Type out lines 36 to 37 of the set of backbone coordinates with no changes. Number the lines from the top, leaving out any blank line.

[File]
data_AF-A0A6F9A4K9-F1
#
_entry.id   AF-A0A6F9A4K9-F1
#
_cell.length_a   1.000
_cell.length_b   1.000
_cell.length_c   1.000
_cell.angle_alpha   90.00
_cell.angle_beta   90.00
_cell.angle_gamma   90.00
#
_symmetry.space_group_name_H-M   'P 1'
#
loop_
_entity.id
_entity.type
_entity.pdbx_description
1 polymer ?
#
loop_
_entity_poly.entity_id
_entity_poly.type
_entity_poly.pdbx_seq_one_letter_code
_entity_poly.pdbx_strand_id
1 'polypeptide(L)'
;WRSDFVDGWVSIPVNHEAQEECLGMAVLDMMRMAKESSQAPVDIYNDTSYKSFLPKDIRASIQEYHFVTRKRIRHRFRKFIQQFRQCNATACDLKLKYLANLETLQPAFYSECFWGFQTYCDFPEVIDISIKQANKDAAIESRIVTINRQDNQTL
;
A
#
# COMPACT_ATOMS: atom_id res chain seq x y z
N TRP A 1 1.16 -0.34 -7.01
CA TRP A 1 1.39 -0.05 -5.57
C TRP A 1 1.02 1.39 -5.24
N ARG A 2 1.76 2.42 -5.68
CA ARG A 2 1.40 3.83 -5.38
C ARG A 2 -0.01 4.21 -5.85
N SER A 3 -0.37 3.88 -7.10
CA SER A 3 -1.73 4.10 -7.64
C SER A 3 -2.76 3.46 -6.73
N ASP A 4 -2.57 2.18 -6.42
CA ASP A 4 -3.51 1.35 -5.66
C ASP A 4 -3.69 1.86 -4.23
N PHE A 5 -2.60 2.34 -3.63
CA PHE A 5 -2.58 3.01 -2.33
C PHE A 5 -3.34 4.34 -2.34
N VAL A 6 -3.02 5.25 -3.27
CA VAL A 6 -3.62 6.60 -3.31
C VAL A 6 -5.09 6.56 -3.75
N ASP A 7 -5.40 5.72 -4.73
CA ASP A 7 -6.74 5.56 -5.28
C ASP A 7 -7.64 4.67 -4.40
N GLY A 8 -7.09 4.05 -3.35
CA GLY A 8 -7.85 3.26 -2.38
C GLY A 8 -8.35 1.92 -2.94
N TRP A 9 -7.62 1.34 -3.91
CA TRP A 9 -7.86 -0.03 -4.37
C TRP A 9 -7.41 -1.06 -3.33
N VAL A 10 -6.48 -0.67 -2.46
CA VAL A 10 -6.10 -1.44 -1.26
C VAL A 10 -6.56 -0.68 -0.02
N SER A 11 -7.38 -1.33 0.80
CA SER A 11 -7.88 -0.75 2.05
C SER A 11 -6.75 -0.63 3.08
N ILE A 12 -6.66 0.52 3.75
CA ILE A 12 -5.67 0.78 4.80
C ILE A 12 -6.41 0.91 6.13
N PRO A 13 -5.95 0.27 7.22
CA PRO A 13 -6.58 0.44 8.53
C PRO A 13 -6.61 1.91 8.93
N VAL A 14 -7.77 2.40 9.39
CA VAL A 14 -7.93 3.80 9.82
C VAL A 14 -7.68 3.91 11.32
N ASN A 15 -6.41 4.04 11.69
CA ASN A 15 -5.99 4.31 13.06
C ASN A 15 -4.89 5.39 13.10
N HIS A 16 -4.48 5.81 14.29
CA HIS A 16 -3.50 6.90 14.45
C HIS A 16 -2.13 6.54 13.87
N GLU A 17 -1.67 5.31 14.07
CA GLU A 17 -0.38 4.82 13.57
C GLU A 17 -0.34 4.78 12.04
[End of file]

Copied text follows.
C ARG A 2 -0.01 4.21 -5.85
N SER A 3 -0.37 3.88 -7.10